The Life of St. Marguerite Bourgeoys

St. Marguerite Bourgeoys was born in Troyes, France in 1620, and died in Montreal in 1700. She is renowned for her work, her spirituality, and her impact on society and the Church in North America.

As one of the older girls of a devout Catholic middle class family, St. Marguerite had to assume the responsibility for the household when her mother died. At the age of twenty, she had a conversion experience during a religious procession that profoundly influenced her future mission and focused her values. She felt singled out by the Blessed Virgin, and in response she joined a local group of women who gathered to do charitable work as an extension of a cloister in Troyes. St. Marguerite served as leader of this extern group, and as her service taught the children in the poor section of town. In 1653, Paul de Maisonneuve, founder of Montreal, passed through Troyes and invited St. Marguerite to join him in Ville Marie as a lay teacher, to instruct the children of the colonists and of the Native Americans. In June 1653, she sailed from Nantes on a three-month voyage to the New World.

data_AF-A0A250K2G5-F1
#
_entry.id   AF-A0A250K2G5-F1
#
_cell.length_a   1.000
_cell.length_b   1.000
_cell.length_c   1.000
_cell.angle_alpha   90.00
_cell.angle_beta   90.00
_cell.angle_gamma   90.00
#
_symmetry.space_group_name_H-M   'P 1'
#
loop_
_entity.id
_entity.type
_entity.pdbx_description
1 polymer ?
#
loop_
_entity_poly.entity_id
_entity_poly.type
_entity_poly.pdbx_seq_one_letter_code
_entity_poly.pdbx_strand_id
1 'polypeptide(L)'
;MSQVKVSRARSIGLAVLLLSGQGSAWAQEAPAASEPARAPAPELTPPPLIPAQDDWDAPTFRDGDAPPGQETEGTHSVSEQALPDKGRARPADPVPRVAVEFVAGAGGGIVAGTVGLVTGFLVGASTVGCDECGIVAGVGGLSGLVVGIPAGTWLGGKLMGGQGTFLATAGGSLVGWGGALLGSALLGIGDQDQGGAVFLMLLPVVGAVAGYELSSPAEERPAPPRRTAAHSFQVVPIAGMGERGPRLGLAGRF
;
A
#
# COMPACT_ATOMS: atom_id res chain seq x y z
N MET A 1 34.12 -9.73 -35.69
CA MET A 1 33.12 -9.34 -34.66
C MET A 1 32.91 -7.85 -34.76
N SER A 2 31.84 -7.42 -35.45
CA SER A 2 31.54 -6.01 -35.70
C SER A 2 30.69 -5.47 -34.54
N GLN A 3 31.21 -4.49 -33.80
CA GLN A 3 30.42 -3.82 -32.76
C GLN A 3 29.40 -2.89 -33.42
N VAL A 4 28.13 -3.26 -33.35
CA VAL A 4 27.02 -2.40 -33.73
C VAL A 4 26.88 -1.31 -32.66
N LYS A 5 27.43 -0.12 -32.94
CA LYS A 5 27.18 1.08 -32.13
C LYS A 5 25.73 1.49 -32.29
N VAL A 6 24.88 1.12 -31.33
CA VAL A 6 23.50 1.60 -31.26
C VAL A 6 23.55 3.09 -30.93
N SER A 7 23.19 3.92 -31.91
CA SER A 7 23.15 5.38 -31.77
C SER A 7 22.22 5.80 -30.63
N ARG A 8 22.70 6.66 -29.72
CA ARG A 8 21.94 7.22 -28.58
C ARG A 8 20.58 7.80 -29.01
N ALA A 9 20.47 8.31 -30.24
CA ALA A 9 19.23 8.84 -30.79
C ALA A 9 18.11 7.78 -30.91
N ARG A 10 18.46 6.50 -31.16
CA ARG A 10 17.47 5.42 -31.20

St. Marguerite became the official guardian to the “filles du roi”, young orphan girls sent by the monarch to establish new families. She lodged them in her own home, served as a matchmaker, and prepared them for their new life as pioneers. Her signature appears as a witness on many of the early marriage contracts in Montreal. As a result of these activities she was affectionately referred to as “the Mother of the Colony”. St. Marguerite made three trips back to France to recruit other women to join her in her work of education and to obtain civil approbation from the king.

St. Marguerite’s apostolic spirituality was a special gift to the Church. She was a woman of action in her time and left a mark on the history of Montreal and education in Canada. She was a woman of faith and deeply committed to the service of the Gospels. She was personally motivated by the missionary journeying of Mary in service to her cousin, Elizabeth, and desired to form a group of uncloistered women who would imitate Mary in this mystery of the Visitation.

St. Marguerite had an exceptional and practical love of God and neighbor. She had a great desire to serve the Church in its most local form, the parish. She exhorted her extern congregation of educators to be “daughters of the parish” – to worship with the people and use the local church as a source of spiritual nourishment.

Her Congregation received Church approbation in 1698 and at that time pronounced vows as uncloistered religious. Today the Congregation de Notre Dame numbers 2600 sisters in North America, Japan, Latin America, and the Cameroons in service to the people of God in the spirit of the Visitation.